The big improvement after a fairly flat year in 2003 reflected increasing job creation at senior levels across most industry sectors and across most regions. The North American market accounts for about half of all executive search business, with about 35 per cent of revenues sourced in Europe and Asia, Latin America and Africa absorbing most of the remaining 15 per cent. But firms believe there are strong long term growth opportunities in China, India and Russia, says Ms Garrison Jenn.

The big question for clients however is: has the shakedown experienced in the industry done anything to improve service levels? Giles Crewdson, UK managing director of Korn/Ferry believes that much of the industry is re-shaping itself around a professional service format where client needs are met by team responses in which people share knowledge around the firm.

This does not sound to be a million miles away from the Egon Zehnder model where its partners have consistently presented themselves as consultants working for the overall benefit of the firm. Egon Zehnder charges fixed fees for its searches and partners are paid a salary unlike the “eat what you kill” system promoting star performers that still dominates the marketplace.

“I think the Egon Zehnder model going forward is something we have to look at,” says Mr Crewdson. “There is a link between how you reward people and how you behave.”

“The contract is between the client company and the headhunting company first and foremost. Then there are the people working on the assignment. That requires us to move ultimately from individuals to teams,” he adds.

Beyond this rare recognition for the strategic merits of an industry competitor, his remarks are revealing for two reasons. Firstly, they demonstrate a growing confidence among the industry leaders that they can best exploit their size advantage by securing better co-operation and integration across the their international branch network.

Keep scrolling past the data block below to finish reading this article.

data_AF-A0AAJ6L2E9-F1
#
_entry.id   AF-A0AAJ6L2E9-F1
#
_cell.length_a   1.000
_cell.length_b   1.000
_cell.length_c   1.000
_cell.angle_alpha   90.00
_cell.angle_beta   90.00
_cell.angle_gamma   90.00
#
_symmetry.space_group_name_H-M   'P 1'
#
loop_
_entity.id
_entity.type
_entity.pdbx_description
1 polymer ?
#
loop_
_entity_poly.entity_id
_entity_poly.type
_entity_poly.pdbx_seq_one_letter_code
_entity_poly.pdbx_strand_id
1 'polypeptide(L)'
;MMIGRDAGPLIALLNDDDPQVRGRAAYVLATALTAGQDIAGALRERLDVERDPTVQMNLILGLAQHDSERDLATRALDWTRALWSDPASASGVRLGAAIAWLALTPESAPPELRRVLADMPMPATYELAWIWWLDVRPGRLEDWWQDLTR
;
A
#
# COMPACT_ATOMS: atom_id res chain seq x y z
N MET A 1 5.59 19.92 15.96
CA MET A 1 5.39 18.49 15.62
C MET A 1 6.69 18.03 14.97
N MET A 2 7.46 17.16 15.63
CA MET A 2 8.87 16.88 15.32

Secondly, they signal a divergence in the competitive approaches of boutiques and larger firms. Korn Ferry’s diversification in to other human resources services such board assessments and the deployment of psychometric testing is a sign that it is moving closer to its roots in professional services. Lester Korn and Richard Ferry left what is now KPMG, to set up Korn/Ferry in 1969.

If a more professional approach is indeed the future for headhunting it is to be hoped that search businesses begin to exercise more influence on the diversity of boards. In the recruitment of non-executive directors, the opposite seems to be the case with few signs that search firms have resisted the flight to conservatism displayed by boards in the wake of corporate governance reforms.

A new report from Heidrick & Struggles, Corporate Governance in Europe, What’s the Outlook, based on a study of 300 of Europe’s leading companies found that the average age of board directors is almost unchanged at just over the age of 58. As for diversity, the report finds slightly fewer foreigners on domestic boards – 16 per cent – than the 17 per cent recorded two years ago when it last conducted the survey. The proportion of women had increased from 6 per cent to 7.3 per cent. The biggest changes, of course, have been in pay, up from 55,000 Euros on average in 2003 to 63,500 Euros this year.

* Headhunters and How to Use Them, A Guide for Organisations and Individuals, by Nancy Garrison Jenn, is published by the Economist in association with Profile Books, price £20.